#851 (11/21/15 - 12/4/15)

BLUE DECCA LABEL - PART FOUR
(OBSCURE ARTISTS - PART ONE)

"Beat It Out Bumpin' Boy"/
"In A Shanty In Old Shanty Town"
Royal Rhythm Boys
on Decca 2830 A/B
released in 1939

"Harlem After Midnight"
Boyce’s Harlem Serenaders
on Decca 8602 A
released in 1942


DECCA RECORDS:

The American version of Decca Records was incorporated in August 1934, naming Jack Kapp as President and Milton R. Rackmil as Treasurer and electing E. F. Stevens as Vice-President. Their first plant was opened on West 54th Street in New York City with eight presses. This original organization had less than 100 employees, including the executives, factory workers, office help, and salespeople.

Among the first artists signed were Bing Crosby, The Mills Brothers, Guy Lombardo, Ted Lewis, the Dorsey Brothers, and Jimmie Lunceford (all with releases in 1934). The first Decca record was released in October 1934: #100, two songs by Bing Crosby.

In 1940, production reached as much as 135,000 records a day, out of their three plants. The Decca catalog had grown to 7,000 selections.

In 1941, Decca purchased Brunswick Radio Corporation, including the catalogs of Brunswick, Vocalion and Melotone labels.

Decca's subsidiary label, Coral, was formed in 1948. At the same time, the Brunswick label was revived. Kapp died in March 1949 with Rackmil replacing him as President.

Decca's "8000" Sepia Series (actually starting with 8500) ran from 1940 to 1945. Decca also had a "7000" Rhythm & Blues Series that existed from 1934 to 1942. Wonder what Decca's criteria was for their 7000 "race" series versus their 8000 "sepia" series when they overlapped in 1940 - 1942. And why was one of the Royal Rhythm Boys records issued in the "7000" series and the other not?



Jack Kapp

E. F. Stevens

Milton Rackmil


EXTRA AUDIO (Windows Media Player):

AT LEFT: Richard Huey. This may or may not be the same person as on the following record. The picture is from 1945. The text with the picture states that "songs are by Richard Huey, featured singer in the hit musical 'Bloomer Girl'...."

The pictured Richard Huey and the Decca label were both located in New York City. Earlier in the 1940s, he had a radio show on WOR (Mutual Network) in NYC featuring the "Sheep and Goats Club." The Sheep were "spiritual" singers and the Goats were "boogie-woogie" singers, much in the contrasting flavor of the A and B sides of this record.

Listen to "Hurry Sundown" - Richard Huey And His Sundown Singers - Decca 8656 - 1944.

Did their name derive from the title of the above song?

Listen to "The Blues Boogie Woogie" - Richard Huey And His Sundown Singers - Decca 8656 - 1944.

This is their only known record.

[Audio restoration by Dave Saviet.]





Above: Label image of Decca 2830 recorded on October 23, 1939 and released in late 1939. This is the first of two releases by the Royal Rhythm Boys, both on Decca (1939/41), all four sides from the same session.

Per the book "Willie Dixon: Preacher of the Blues," the Royal Rhythm Boys consisted of Slam Stewart, Billy Moore and Jimmy Prince. Slam Stewart is playing the rather unique sounding bass fiddle on these sides, using a bow.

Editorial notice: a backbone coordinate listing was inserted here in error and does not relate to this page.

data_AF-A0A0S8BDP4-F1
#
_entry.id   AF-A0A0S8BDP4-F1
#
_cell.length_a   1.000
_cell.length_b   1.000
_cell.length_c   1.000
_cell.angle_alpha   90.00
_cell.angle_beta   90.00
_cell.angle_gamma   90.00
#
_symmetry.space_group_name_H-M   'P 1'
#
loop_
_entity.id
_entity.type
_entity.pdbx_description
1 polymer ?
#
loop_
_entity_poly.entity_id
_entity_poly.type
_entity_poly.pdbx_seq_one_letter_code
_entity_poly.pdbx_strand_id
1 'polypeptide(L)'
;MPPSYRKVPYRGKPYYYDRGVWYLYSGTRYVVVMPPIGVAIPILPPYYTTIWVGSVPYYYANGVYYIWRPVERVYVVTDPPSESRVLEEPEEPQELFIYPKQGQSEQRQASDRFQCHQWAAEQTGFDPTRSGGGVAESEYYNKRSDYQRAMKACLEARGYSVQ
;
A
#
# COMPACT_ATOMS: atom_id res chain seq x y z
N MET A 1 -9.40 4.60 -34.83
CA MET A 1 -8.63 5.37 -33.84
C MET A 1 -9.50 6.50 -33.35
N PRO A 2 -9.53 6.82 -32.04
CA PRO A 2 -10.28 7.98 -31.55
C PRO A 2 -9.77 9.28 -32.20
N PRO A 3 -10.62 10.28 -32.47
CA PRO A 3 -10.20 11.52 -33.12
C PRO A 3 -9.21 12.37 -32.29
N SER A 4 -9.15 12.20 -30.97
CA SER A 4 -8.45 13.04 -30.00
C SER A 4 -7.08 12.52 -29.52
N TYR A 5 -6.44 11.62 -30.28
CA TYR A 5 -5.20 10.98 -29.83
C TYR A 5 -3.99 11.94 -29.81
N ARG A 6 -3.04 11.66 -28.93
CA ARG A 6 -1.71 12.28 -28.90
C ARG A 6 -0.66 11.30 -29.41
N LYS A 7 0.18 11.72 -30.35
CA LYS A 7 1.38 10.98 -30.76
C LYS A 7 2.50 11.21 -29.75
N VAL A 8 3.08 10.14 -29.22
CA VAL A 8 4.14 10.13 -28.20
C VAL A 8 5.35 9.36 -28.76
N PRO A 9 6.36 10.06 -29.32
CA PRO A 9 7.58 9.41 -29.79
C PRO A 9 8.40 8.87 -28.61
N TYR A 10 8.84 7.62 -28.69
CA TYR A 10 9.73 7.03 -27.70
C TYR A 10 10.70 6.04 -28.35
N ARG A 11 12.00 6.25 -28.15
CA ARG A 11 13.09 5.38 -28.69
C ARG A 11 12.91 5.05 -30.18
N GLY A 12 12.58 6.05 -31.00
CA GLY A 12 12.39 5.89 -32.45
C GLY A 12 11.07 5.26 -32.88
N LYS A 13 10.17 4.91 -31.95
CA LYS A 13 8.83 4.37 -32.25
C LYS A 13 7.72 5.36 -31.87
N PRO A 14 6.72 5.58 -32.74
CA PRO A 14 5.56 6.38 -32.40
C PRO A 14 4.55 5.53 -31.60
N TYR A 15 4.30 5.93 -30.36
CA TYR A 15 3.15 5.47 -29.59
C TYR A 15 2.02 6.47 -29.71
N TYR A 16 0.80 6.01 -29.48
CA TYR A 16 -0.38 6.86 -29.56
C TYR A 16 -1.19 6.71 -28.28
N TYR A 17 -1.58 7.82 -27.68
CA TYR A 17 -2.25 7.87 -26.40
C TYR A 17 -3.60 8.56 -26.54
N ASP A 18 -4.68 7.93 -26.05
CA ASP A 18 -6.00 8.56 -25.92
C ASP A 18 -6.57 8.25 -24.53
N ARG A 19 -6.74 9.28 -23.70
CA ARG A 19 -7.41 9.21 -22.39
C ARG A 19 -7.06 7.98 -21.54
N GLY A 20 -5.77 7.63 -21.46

The "Beat It Out..." side was composed by Gene "Jimmy" Gilmore and Mayo Williams. Later on, Gilmore was a member of The Five Breezes and Four Jumps Of Jive with Willie Dixon. Williams was head of the "race records" section of Decca from 1934 to early 1945. Afterwards, he formed the Chicago, Southern, Harlem, and Ebony labels, all located in Chicago.



Above: Label image of Decca 8602 recorded on 10/9/41 and released in February 1942. Boyce's Harlem Serenaders consisted of Harold Boyce (piano), Harvey Davis (trumpet), Sid Grant (tenor sax), Joe Johnson (drums), and Gladstone Thomas (bass). This group had two releases, both on Decca (1941/42), all four sides from the same session. See below for audio from their first record.

Boyce had an earlier group with some of the same members, Harold Boyce And His Harlem Indians, who released three records on Decca (1939/40), all from the same 7/5/39 session.


EXTRA EXTRA AUDIO (Windows Media Player):

Listen to "Get In The Groove" - Boyce's Harlem Serenaders - Decca 8585 - 1941.
[Audio restoration by Dave Saviet.]


Listen to this week's selections featuring the Royal Rhythm Boys and Boyce’s Harlem Serenaders:
[Audio restoration by Dave Saviet.]

     A. Stream RealAudio...
 
          1. Beat It Out Bumpin' Boy - Royal Rhythm Boys
          2. In A Shanty In Old Shanty Town - Royal Rhythm Boys
          3. Harlem After Midnight - Boyce’s Harlem Serenaders
 
          ALL THREE played in sequence

     B. Download RealAudio...
 
          1. Beat It Out Bumpin' Boy - Royal Rhythm Boys
          2. In A Shanty In Old Shanty Town - Royal Rhythm Boys
          3. Harlem After Midnight - Boyce’s Harlem Serenaders

     C. Stream/Download Media Player...
 
          1. Beat It Out Bumpin' Boy - Royal Rhythm Boys
          2. In A Shanty In Old Shanty Town - Royal Rhythm Boys
          3. Harlem After Midnight - Boyce’s Harlem Serenaders

      [To download audio files, right-click on link and then select "Save (Link) Target As..."]

Click HERE for BLUE DECCA LABEL - PART FIVE (OBSCURE ARTISTS - PART TWO).
(Above link will open in a separate window)


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